If there is one thing that I am for it is clear definitions even if those definitions are just of the status of the controversy. At the time of the Reformation it literally took two generations to work through differences and come to concord captured in the Formula of Concord. The first part of that work is always a definition of the controversy. The first set of letters in my mind dodged clarity and asserted unity where there was none. These are clear and call a thing what it is. That is a holy tension we carry.

Weekend Reading

Richard Beck calls it being a Winter Christian. Here is Rod Dreher talking about some of the same things and in some ways the same things I was trying to express at the end of my last post. I’m pretty sure (I better be, I took an oath to it) that true orthodoxy, doctrine wise, looks an awful lot like the Lutheran confessions. The closer you try to live those the better. But I also know how big a sinner I am. So we sin boldly.

I prefer the evangelism and works of mercy those Christian brothers and sisters do to the evangelism and works of mercy that I do not do. And I know that I need to do something about that. Like, repent.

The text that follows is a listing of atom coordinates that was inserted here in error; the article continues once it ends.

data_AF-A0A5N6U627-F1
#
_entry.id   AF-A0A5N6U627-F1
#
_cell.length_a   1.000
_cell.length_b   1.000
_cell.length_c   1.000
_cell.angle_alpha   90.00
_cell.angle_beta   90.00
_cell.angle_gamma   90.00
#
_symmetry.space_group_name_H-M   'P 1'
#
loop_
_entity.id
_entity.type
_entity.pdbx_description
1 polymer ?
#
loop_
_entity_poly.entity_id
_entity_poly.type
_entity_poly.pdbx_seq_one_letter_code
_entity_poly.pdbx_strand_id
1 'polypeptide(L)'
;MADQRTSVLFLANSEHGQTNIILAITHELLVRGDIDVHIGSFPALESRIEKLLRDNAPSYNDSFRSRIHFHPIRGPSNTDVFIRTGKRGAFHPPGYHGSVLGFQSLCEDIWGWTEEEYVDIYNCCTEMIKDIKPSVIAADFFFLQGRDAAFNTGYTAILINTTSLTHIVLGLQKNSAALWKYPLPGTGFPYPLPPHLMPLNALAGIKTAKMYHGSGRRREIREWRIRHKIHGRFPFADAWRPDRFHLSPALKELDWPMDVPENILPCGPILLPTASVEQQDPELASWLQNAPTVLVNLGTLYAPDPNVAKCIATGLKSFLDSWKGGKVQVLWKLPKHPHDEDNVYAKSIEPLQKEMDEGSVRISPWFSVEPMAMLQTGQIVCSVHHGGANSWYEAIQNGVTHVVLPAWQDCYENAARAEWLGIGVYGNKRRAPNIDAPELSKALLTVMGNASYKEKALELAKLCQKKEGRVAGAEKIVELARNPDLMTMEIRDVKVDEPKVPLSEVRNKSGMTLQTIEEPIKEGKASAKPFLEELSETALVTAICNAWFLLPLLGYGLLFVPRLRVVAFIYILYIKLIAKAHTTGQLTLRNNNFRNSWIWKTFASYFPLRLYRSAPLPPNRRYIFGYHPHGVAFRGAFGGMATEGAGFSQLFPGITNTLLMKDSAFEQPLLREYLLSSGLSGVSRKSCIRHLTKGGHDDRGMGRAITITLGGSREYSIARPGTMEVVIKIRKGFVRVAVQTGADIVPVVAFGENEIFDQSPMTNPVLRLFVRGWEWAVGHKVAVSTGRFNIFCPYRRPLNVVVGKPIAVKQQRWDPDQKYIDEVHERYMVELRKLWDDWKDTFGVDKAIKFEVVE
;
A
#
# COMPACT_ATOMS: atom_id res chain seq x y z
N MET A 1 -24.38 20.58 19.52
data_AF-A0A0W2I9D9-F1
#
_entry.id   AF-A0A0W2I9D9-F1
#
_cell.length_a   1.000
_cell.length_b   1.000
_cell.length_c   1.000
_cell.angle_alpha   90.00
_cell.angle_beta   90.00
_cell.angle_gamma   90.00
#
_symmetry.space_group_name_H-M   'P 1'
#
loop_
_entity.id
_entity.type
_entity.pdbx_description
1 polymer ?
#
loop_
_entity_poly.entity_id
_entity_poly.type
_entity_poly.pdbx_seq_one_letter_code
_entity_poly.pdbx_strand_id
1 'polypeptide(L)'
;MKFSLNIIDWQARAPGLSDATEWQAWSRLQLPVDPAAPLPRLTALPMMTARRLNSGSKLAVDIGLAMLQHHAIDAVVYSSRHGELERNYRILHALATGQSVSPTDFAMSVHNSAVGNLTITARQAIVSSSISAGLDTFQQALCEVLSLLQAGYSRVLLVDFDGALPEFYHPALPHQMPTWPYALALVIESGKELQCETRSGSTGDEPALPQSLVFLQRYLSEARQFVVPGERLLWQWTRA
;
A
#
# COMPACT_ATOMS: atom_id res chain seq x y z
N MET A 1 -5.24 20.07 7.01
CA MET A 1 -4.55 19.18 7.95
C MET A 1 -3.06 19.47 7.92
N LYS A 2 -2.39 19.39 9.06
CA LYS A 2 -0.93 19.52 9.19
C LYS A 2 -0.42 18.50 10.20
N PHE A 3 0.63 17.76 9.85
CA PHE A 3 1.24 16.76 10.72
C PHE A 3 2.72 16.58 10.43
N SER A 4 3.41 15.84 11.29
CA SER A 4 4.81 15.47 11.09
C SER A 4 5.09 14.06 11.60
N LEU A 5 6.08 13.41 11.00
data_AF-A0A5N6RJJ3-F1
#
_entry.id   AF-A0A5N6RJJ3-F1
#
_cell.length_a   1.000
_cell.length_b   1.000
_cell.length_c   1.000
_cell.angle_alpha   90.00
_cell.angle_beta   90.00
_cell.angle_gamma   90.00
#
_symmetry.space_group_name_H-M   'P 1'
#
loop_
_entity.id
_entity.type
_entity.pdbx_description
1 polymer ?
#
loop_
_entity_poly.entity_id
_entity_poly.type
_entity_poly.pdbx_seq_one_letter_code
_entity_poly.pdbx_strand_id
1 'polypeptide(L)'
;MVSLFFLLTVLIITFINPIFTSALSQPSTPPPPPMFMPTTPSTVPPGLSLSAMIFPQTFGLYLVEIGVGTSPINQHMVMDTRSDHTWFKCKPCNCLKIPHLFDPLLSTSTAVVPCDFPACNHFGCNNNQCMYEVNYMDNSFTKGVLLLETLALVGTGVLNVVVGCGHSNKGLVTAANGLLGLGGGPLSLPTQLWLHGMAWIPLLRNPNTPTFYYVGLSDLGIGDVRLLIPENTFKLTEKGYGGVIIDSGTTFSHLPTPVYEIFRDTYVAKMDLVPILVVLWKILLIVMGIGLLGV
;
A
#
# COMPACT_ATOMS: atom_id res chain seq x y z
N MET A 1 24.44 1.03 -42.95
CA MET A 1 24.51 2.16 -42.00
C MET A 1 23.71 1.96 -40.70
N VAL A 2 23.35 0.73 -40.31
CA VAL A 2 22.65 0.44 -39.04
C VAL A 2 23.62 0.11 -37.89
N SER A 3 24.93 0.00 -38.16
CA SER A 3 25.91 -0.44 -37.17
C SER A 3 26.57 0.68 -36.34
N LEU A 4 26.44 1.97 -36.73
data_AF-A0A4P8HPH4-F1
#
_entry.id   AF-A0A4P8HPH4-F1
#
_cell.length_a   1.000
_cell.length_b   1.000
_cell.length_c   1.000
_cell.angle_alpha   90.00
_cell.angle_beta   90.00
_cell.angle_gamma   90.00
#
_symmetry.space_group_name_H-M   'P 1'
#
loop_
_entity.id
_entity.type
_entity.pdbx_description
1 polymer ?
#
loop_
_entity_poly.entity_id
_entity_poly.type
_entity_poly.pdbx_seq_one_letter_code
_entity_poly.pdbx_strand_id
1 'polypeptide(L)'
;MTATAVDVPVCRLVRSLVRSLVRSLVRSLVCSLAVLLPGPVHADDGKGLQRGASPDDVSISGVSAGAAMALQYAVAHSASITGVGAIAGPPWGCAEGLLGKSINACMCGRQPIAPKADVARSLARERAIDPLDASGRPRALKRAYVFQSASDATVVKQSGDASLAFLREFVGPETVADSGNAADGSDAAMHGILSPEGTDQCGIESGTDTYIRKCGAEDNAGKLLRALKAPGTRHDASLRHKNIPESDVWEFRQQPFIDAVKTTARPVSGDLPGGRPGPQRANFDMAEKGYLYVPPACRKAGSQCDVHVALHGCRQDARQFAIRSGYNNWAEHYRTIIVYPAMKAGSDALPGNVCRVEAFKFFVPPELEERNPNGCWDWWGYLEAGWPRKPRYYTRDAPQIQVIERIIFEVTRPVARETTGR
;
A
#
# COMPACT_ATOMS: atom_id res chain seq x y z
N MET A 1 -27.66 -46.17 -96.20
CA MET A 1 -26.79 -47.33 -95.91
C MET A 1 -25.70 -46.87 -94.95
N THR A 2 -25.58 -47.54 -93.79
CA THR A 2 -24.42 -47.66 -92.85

That’s a difference the Scandal made in me. Again, it’s not that orthodoxy, as many liberal Christians would say, can and should be tossed aside. It’s only that it must be understood from a broader perspective. Life is a shipwreck, and we’re all staggering around on the beach, trying to help each other make sense of it all, and get through this catastrophe and find our way back home.

Here is Wesley Hill, who wrote the best book on Homosexuality that I’ve read, Talking about how he describes himself (other than a Duke Divinity Professor). He has a deep theology of the cross at work as he writes…

Claiming the label “celibate gay Christian” means, for me, recognizing my homosexual orientation as a kind of “thorn in the flesh.” When the apostle Paul used that phrase in his correspondence with the Corinthian church, he made clear that his “thorn” was indeed an unwelcome source of pain (2 Corinthians 12:7). But he also made clear that it had become the very occasion for his experience of the power of the risen Christ and, therefore, a paradoxical site of grace (2 Corinthians 12:8). Paul, I think, would have had no qualms about labeling himself a “thorn-pricked Christian”—not because he recognized his thorn as a good thing, in and of itself, but because it had become for him the means by which he encountered the power of Christ. Likewise, living with an unchanged homosexual orientation may be for many of us the means by which we discover new depths of grace, as well as new vocations of service to others.